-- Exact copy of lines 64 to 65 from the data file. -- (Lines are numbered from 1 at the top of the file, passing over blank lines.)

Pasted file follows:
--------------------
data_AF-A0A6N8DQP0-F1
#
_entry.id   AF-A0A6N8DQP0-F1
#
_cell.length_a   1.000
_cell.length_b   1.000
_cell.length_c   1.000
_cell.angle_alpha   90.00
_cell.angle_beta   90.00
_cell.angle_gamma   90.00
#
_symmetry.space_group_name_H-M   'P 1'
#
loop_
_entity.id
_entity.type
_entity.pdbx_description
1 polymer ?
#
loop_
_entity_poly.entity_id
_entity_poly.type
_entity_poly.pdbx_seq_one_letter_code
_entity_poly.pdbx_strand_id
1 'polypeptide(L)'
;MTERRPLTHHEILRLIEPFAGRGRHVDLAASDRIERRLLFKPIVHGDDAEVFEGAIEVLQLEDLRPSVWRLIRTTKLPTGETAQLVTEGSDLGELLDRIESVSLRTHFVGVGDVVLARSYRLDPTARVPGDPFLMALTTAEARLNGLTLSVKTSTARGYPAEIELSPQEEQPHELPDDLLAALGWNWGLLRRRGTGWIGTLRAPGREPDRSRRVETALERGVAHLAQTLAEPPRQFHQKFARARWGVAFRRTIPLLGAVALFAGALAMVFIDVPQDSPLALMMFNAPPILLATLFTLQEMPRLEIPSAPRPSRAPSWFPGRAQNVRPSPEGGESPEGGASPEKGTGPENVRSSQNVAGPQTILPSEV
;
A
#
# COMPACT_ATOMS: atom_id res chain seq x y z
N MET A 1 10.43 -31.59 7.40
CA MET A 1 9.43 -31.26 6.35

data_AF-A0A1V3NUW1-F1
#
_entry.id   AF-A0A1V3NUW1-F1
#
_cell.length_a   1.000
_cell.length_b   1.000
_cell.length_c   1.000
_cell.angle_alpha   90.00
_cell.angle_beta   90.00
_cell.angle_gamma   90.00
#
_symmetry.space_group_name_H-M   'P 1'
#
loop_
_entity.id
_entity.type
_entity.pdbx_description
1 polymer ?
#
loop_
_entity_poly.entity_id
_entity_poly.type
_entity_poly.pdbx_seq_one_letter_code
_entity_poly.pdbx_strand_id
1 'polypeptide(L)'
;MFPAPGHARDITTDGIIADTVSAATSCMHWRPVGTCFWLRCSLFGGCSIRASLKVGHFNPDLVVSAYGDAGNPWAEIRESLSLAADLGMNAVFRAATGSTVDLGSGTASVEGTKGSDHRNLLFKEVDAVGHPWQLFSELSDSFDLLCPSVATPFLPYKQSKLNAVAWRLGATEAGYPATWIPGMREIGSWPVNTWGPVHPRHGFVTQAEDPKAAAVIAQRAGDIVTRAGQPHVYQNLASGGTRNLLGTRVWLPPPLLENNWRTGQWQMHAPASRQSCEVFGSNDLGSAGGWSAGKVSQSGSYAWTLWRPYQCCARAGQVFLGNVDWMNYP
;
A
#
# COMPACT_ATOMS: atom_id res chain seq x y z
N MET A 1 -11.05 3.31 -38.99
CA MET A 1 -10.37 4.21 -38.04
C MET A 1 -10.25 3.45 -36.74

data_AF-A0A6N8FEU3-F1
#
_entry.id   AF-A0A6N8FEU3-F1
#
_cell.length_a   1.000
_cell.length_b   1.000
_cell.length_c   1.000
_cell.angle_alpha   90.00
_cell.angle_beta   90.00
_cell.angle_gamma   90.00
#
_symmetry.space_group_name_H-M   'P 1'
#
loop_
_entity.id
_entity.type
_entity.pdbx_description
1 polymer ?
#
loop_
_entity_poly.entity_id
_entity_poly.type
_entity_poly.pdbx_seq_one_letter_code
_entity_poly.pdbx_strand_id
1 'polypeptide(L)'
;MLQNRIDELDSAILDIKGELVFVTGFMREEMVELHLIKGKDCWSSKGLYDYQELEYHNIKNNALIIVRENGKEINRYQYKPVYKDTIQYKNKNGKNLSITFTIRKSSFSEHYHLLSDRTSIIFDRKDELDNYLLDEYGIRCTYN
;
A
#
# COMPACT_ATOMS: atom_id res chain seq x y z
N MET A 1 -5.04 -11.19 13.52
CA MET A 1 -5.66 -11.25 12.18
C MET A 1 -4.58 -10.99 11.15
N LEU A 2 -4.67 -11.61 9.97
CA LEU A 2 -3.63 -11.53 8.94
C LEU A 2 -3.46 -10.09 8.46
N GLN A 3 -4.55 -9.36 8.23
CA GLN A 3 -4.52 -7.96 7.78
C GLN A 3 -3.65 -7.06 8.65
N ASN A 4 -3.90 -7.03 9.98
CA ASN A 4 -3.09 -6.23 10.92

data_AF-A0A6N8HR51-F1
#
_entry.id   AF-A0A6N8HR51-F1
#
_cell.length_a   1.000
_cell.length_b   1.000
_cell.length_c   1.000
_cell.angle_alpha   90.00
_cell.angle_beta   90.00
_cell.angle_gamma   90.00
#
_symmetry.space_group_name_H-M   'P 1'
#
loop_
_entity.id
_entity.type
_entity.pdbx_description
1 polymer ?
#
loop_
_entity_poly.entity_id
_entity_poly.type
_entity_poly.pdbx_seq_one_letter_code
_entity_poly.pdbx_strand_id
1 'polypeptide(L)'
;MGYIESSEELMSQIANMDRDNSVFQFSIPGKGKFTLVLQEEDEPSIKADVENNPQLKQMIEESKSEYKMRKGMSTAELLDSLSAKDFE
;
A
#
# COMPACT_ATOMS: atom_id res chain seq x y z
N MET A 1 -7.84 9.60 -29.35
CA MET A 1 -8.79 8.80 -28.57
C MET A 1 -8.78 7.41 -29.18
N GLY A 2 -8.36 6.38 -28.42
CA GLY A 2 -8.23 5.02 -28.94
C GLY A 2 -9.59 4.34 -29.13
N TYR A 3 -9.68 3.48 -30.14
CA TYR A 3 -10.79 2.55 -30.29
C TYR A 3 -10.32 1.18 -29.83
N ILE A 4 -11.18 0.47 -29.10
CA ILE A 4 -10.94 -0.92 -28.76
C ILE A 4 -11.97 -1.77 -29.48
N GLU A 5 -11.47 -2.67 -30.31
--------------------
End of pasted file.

CA MET A 1 -10.37 4.21 -38.04
C MET A 1 -10.25 3.45 -36.74